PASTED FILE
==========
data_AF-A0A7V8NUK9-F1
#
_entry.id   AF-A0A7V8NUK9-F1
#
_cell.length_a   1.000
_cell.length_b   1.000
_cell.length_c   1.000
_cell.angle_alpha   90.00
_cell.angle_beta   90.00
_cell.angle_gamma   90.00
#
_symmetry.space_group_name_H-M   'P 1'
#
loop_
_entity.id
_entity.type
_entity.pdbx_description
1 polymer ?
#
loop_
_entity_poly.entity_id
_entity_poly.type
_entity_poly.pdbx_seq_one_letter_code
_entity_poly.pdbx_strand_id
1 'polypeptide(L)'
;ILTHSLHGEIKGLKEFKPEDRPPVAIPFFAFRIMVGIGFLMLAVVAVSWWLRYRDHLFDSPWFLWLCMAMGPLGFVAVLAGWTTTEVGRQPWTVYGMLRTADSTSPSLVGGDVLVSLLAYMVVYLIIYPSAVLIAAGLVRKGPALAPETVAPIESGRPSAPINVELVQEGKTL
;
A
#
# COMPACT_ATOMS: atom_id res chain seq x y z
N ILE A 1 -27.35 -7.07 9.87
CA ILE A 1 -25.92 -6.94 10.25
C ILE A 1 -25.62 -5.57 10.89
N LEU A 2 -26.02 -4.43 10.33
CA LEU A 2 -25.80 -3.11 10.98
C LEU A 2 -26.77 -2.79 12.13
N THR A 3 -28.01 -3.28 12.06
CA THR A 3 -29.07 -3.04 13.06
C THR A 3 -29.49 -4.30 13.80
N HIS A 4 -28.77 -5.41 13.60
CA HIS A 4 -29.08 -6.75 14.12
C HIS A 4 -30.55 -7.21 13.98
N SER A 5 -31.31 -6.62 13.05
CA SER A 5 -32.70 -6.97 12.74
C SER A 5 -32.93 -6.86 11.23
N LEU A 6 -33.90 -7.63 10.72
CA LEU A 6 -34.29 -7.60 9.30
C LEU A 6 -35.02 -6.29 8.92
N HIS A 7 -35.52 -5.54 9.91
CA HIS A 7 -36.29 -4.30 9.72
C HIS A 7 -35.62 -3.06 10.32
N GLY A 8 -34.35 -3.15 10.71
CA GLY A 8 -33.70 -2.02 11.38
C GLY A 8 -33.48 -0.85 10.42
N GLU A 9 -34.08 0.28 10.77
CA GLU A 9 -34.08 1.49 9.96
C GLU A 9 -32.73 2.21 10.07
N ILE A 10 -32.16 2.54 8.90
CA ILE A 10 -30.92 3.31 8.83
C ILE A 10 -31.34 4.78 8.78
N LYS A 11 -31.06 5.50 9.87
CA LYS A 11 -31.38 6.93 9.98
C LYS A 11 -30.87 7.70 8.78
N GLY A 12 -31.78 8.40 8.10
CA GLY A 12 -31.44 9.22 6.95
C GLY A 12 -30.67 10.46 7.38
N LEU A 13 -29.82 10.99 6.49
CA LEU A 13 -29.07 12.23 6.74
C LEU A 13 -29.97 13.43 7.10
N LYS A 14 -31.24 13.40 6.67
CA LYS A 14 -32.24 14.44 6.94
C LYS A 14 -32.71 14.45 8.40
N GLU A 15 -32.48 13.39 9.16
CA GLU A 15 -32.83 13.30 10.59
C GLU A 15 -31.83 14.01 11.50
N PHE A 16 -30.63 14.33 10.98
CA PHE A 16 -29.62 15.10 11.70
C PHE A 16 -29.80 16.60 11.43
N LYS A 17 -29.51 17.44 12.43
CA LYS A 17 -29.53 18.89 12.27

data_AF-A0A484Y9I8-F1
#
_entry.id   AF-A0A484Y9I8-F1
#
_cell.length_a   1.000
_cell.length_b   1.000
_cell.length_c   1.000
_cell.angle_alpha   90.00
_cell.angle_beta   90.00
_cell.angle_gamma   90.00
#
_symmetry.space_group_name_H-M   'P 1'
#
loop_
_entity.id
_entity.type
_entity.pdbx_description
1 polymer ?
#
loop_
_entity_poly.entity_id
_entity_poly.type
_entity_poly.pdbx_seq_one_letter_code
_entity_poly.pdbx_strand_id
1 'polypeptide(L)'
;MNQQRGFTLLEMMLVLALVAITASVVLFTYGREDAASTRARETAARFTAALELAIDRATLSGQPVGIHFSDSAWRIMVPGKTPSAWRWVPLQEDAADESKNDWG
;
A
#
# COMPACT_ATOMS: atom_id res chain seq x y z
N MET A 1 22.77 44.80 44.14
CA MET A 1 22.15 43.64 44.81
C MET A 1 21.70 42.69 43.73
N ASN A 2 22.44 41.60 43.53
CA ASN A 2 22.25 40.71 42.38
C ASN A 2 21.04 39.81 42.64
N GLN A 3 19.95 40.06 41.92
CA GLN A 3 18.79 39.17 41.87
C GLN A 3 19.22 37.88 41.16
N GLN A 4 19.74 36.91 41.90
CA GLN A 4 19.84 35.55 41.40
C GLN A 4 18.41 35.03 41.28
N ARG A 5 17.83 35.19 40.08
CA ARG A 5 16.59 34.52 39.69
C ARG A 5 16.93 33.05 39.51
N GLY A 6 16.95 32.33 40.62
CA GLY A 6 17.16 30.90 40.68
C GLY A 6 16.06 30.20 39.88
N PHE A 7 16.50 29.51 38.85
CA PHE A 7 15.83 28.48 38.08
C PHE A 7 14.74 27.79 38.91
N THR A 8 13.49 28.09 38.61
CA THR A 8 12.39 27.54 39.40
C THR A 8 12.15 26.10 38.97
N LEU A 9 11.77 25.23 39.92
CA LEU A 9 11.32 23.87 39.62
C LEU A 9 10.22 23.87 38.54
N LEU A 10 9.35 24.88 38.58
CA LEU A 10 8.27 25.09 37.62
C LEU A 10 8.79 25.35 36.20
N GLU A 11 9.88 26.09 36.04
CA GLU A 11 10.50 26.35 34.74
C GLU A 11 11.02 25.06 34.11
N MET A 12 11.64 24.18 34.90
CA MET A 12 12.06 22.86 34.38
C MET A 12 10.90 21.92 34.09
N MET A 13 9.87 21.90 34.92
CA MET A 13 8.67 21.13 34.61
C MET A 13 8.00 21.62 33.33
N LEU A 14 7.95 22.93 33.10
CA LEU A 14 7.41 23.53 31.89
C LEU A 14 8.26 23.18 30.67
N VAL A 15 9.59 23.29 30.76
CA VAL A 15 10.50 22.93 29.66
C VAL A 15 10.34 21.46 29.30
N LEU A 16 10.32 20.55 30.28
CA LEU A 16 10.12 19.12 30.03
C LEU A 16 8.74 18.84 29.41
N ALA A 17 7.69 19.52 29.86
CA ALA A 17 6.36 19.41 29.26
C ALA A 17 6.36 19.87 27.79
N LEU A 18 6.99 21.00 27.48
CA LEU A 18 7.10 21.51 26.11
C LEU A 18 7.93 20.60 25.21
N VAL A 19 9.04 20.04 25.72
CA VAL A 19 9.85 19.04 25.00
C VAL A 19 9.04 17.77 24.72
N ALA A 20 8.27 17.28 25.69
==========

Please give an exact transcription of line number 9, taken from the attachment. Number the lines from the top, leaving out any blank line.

_cell.angle_beta   90.00